Okay, I don’t have a personal use for this YET, but I can see all kinds of fun applications. Got family or friends visiting for a week? Create a map of fun stuff to do. Got folks coming to a conference? Create a map of activities and places to eat.
Campus tours? Art about town walking tours? Hmm…. Next vacation, forget the highlighter and sticky notes on a map… I’m mapleting it. 😉
Maplets let users customize Google Maps
‘Maplets’ enable users to combine Google Maps with services such as a real estate listing or traffic report
By Jeremy Kirk, IDG News Service, July 11, 2007
Google introduced a feature to its mapping service on Wednesday that allows people to create their own customized maps, by adding information such as the location of cheap gas stations or property for sale.
The information comes from what Google calls maplets, which are small applications created by Google or a third-party developer that combine Google Maps with some other service, such as a real estate listing or traffic report.
Users who set up a Google My Maps account can then create their own customized maps, adding as many maplets as they want. They can also draw directions on their maps, and attach photographs or videos of specific locations using services such as Google’s YouTube and PicasaWeb.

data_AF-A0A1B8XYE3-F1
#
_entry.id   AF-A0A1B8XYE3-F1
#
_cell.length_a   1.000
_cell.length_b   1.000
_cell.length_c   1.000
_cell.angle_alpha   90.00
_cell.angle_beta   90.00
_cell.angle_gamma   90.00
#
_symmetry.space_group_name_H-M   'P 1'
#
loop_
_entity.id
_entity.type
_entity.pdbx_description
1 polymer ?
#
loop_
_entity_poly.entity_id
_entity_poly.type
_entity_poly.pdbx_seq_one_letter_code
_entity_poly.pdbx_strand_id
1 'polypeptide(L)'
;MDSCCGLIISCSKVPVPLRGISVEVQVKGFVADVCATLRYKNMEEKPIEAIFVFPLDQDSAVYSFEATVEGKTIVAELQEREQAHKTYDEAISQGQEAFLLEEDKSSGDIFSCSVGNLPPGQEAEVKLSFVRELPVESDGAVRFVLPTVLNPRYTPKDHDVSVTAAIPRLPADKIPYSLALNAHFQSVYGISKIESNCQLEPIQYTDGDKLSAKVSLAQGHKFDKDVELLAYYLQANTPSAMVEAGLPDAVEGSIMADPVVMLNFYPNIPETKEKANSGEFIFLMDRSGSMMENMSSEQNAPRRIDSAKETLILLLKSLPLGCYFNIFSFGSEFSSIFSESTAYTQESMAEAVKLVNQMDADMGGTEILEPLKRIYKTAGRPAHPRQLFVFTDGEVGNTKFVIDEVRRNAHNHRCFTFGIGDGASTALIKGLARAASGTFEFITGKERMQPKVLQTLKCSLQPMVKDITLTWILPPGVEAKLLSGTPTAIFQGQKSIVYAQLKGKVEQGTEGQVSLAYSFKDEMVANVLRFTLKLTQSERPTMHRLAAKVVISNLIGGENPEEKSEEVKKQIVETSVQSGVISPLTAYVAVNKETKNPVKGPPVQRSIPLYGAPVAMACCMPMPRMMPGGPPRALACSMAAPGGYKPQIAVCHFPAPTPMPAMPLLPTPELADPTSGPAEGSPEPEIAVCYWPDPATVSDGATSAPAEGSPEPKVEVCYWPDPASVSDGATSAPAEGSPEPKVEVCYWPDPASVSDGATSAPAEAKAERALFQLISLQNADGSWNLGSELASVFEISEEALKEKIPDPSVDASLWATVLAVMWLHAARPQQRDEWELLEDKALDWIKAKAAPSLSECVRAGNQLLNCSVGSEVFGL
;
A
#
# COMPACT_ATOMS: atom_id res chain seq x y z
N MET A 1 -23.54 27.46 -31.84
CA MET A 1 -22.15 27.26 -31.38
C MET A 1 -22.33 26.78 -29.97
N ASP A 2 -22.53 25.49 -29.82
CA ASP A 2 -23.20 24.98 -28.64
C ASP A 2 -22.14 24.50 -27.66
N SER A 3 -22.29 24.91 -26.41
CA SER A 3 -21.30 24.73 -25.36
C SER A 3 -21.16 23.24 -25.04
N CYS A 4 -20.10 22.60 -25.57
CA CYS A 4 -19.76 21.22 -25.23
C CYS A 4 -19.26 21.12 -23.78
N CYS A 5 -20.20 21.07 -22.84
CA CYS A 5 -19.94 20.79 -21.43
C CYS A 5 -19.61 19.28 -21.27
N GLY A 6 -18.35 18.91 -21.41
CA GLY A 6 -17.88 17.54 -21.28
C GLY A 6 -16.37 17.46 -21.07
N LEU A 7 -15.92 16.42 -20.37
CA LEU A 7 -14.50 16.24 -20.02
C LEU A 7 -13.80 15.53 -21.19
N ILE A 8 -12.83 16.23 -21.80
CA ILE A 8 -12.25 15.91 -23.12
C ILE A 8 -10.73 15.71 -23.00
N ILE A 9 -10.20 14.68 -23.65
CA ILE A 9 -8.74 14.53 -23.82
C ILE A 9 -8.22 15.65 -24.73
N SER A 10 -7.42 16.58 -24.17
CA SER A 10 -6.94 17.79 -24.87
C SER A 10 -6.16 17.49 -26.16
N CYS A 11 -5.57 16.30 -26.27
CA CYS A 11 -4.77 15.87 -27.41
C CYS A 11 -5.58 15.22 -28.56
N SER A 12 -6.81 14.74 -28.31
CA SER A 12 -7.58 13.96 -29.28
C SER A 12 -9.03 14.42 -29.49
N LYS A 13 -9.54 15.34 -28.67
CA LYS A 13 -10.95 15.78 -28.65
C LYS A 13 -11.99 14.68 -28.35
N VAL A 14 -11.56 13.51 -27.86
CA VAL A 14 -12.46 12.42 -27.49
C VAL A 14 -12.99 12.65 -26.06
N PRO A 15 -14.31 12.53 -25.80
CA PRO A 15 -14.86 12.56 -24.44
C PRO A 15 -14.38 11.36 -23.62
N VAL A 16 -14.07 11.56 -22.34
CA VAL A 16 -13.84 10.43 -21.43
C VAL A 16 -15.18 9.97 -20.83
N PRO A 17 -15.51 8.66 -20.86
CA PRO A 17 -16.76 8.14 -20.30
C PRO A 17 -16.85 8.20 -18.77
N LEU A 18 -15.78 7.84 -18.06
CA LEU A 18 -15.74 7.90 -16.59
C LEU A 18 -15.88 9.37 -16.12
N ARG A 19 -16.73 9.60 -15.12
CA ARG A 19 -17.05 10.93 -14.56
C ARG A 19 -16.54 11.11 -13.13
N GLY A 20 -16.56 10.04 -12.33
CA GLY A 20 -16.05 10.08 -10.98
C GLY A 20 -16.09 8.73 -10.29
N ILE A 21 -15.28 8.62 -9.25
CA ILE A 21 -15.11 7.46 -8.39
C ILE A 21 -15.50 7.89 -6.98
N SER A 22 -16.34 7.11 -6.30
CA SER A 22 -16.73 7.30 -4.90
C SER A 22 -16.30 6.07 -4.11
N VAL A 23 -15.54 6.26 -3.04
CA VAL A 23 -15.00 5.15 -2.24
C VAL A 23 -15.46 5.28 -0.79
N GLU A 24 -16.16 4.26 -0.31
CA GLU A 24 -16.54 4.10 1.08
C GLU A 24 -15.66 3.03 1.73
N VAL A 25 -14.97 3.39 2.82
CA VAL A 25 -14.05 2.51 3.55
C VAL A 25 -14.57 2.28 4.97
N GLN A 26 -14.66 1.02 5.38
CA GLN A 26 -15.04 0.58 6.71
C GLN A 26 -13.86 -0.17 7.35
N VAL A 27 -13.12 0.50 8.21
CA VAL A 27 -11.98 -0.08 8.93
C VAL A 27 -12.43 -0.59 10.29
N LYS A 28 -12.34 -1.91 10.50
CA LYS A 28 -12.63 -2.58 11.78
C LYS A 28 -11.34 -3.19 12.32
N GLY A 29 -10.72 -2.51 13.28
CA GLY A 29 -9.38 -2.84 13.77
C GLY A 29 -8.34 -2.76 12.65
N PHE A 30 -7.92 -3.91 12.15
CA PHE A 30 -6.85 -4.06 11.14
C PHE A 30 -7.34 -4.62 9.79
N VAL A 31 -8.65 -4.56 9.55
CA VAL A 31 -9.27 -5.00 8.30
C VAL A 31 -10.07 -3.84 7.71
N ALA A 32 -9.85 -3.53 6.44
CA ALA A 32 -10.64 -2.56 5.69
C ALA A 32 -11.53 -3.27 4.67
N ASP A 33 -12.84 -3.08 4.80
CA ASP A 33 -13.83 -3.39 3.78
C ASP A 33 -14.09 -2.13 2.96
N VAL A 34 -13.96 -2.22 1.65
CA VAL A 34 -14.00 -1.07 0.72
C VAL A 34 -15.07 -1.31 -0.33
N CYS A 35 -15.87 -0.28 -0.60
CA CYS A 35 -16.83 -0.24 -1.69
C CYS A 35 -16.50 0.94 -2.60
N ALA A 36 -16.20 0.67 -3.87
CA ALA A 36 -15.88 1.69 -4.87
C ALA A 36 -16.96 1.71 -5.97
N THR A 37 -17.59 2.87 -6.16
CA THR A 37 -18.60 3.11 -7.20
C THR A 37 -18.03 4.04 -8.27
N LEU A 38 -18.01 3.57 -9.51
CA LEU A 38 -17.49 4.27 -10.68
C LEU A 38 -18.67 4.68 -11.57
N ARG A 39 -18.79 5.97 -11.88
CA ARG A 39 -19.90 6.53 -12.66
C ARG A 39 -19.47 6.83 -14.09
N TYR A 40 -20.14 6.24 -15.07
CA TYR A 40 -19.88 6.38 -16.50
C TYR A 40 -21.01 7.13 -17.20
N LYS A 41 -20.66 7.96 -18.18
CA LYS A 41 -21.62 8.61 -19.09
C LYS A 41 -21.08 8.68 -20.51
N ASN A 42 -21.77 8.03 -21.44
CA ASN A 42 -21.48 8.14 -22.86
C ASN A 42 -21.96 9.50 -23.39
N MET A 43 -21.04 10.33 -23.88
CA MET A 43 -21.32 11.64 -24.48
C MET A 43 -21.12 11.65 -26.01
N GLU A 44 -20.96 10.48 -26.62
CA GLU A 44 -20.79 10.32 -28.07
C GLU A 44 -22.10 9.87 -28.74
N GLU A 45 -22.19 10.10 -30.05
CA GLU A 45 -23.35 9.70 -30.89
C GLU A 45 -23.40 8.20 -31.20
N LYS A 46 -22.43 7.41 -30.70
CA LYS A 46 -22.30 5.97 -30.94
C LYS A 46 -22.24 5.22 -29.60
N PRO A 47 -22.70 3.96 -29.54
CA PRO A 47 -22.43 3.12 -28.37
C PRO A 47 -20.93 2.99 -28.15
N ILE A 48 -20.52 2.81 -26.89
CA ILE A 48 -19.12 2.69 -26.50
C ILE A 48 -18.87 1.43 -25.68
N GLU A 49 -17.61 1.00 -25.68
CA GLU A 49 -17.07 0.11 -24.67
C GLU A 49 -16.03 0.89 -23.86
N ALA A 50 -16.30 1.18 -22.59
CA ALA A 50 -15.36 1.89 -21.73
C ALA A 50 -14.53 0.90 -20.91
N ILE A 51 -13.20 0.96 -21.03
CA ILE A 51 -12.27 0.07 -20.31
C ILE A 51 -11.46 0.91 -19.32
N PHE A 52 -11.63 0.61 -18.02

The resulting maps can be kept private or made public and indexed in Google’s search engine, according to Google’s My Maps page. People can also upload maps to Google Earth in the form of a KML (Keyhole Markup Language) file, a technology for describing geographic coordinates.
A Google official said last month that the company may eventually allow paid advertisements on its mapping service, where businesses would be able to create maps with some sponsored links. The ads would take the form of the pins seen on the maps today, with pop-up photos and text.
It would be a way for both Google and businesses to earn more advertising revenue, which underpins much of Google’s strength. Google has said it will give users some say in how many ads appear on its maps, so as to not be too intrusive.
— From InfoWorld,